Tuesday, June 23, 2009

Spots and Rots and Blights...Oh My! Plant Diseases 101

You might find lions and tigers and bears frightening but farmers and gardeners would disagree. Groundhogs and rabbits and deer can be more destructive. And then there are the fungi. Early blight, late blight and anthracnose. Black spot and mildew and scab. Rusts and rots and wilts. It’s a jungle out there!

Fungi are certainly the most common organisms associated with plant disease. I say “associated” because the pathogen, by itself, does not equal disease. A susceptible host plant and the proper environment are also necessary.

Here’s a timely example. By now, tomato growers are probably noticing brown spots and perhaps yellowing of the lower leaves. On closer inspection, you may see that the “spot” is actually a lesion that has concentric rings of dead tissue. There may be tiny black dots in the dead tissue. As the season progresses more and more foliage is killed. Fruit infections cause soft spots and rots. All of these symptoms describe the common tomato disease called early blight. The disease also affects potato and eggplant. Some of you will be happy to learn that two weeds, horse nettle and black nightshade, are vulnerable, too. Since all of these plants are related, it is not surprising that they are susceptible hosts for the same pathogen. Note also that the early blight pathogen has no effect on asparagus, beans, cucumbers or you. (Sometimes folks ask if it is OK to eat diseased vegetables. It is.). The pathogen has a scientific name Alternaria solani.

OK we have a susceptible plant and a pathogen. The final ingredient needed for disease is the proper environment. This pathogen thrives and reproduces well under warm, moist conditions. The weather in the month of June, 2009 in Southeastern, PA was about perfect for early blight. Especially for tomatoes that were left to sprawl on the ground rather than trained to a support system which favored air movement and leaf drying.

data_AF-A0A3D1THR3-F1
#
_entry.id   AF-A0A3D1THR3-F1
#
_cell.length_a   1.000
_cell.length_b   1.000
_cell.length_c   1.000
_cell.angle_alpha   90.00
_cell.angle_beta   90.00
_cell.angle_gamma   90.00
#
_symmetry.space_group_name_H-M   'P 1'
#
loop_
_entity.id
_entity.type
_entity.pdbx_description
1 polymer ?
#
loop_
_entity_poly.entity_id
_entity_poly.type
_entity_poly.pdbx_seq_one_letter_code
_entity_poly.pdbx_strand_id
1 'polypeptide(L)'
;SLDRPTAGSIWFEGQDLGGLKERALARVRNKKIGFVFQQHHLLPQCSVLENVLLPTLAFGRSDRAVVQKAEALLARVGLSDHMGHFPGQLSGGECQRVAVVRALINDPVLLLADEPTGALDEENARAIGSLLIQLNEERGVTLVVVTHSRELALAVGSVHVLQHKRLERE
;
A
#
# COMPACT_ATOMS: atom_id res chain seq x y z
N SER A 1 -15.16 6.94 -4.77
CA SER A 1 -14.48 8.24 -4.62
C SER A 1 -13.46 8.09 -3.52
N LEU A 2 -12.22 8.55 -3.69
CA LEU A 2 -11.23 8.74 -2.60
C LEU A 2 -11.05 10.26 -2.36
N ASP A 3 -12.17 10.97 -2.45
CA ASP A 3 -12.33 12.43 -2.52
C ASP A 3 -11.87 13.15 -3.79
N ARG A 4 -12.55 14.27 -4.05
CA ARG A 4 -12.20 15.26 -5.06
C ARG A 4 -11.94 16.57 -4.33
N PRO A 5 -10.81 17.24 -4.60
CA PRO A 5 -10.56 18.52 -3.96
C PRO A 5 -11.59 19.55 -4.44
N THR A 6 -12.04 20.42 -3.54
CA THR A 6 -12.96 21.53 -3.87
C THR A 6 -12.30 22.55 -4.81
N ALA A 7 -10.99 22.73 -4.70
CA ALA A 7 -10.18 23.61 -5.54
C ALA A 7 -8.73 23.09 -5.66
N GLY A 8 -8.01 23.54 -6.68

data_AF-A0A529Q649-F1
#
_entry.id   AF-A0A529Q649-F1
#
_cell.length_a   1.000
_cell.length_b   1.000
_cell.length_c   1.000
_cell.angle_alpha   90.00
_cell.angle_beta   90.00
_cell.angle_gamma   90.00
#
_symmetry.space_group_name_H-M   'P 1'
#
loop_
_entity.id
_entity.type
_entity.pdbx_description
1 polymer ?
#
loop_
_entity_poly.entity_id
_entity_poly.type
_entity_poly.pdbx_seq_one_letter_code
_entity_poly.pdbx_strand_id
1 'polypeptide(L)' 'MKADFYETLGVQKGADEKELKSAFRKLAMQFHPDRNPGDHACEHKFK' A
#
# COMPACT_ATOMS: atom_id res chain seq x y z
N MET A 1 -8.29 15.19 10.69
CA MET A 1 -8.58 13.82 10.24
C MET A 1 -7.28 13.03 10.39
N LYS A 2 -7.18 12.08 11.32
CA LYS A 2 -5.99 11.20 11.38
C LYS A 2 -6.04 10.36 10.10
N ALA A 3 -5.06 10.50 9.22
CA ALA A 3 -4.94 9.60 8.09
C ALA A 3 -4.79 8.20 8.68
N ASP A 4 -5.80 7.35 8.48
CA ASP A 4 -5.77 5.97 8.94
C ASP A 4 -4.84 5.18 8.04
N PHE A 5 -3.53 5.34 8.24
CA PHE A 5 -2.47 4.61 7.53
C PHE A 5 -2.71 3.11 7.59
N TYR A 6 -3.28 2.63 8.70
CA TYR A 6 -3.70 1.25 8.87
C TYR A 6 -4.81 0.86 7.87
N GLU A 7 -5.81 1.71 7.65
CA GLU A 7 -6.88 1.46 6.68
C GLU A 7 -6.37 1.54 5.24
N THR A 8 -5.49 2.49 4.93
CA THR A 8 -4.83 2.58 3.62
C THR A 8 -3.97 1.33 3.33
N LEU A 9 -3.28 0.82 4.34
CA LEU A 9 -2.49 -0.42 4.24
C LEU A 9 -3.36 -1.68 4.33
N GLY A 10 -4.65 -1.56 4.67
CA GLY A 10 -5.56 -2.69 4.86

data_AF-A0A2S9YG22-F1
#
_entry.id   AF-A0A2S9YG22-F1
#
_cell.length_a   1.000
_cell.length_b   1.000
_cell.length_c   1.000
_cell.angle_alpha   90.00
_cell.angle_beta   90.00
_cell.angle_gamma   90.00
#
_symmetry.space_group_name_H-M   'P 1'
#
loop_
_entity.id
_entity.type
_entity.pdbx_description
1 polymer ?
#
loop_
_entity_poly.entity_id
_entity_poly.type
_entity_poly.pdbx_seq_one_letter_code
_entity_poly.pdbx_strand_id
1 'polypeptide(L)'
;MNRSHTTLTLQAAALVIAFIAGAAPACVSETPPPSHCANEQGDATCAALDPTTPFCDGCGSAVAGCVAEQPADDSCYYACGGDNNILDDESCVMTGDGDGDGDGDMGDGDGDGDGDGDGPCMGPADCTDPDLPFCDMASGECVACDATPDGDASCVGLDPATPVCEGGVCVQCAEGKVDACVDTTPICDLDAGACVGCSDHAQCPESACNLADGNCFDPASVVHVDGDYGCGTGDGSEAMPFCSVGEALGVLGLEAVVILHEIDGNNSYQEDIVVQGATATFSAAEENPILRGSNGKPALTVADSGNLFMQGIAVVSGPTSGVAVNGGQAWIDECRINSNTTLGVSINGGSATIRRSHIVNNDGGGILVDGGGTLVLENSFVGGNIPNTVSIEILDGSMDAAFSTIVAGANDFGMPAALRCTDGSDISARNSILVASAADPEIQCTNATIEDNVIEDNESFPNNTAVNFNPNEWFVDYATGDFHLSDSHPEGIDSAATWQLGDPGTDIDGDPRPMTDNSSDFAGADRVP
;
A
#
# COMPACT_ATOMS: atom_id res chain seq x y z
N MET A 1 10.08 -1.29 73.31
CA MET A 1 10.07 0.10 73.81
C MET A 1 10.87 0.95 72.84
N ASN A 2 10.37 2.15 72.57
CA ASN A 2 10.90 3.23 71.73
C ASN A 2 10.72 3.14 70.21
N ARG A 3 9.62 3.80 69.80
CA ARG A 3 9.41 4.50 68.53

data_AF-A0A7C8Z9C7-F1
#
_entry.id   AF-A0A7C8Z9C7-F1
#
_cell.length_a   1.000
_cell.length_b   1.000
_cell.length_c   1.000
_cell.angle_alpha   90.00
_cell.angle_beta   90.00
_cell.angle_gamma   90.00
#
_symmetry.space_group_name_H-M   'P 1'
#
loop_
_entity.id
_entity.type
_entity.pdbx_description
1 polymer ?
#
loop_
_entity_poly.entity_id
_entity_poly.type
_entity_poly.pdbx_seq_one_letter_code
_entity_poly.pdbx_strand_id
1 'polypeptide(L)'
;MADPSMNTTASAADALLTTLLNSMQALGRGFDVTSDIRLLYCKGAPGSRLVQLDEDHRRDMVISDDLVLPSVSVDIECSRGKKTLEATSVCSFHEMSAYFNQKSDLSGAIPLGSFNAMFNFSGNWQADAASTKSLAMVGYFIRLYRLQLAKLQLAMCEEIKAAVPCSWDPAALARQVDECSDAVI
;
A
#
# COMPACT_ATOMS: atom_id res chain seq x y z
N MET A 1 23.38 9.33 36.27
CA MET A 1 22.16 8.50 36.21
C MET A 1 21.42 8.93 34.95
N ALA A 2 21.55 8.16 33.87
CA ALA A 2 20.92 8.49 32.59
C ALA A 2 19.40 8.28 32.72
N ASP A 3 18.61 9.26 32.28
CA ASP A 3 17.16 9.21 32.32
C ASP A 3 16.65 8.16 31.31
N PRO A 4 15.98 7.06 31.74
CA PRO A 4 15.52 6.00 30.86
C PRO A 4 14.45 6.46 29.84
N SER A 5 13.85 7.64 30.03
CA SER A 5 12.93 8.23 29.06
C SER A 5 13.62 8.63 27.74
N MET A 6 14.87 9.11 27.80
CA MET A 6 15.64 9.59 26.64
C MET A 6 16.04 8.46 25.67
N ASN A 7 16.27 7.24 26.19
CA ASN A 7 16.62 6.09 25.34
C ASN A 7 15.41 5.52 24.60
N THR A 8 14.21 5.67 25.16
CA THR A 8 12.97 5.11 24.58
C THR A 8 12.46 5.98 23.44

Bingo! Early Blight of Tomato!

Maybe that was more than you wanted to know about early blight but it is useful. You can manage this disease (and all others) by thinking about three key disease ingredients: pathogen, host and environment. Sometimes it is possible and effective to eliminate the pathogen. But it can be equally effective to grow non-susceptible host plants or modify the environment. Disease resistant varieties have been developed for many of your favorite plants. Look for them when buying seed. Learn about the conditions that favor disease. Do what you can to change it. For most fungal diseases that means increasing air movement and reducing leaf wetness.

For a descriptions and gory pictures of common vegetable diseases, type “vegetable disease” into the search box at www.agsci.psu.edu.

For a complete guide to growing tomatoes and info on more tomato diseases go to http://pubs.cas.psu.edu/FreePubs/pdfs/uj230.pdf

Thanks to University of Minnesota Extension for the nice image of early blight shown above.


KC said...

Send this to the newspapers! You'll be knighted!

wheelchairs said...

I really appreciate your post and you explain each and every point very well.Thanks for sharing this information.And I’ll love to read your next post too.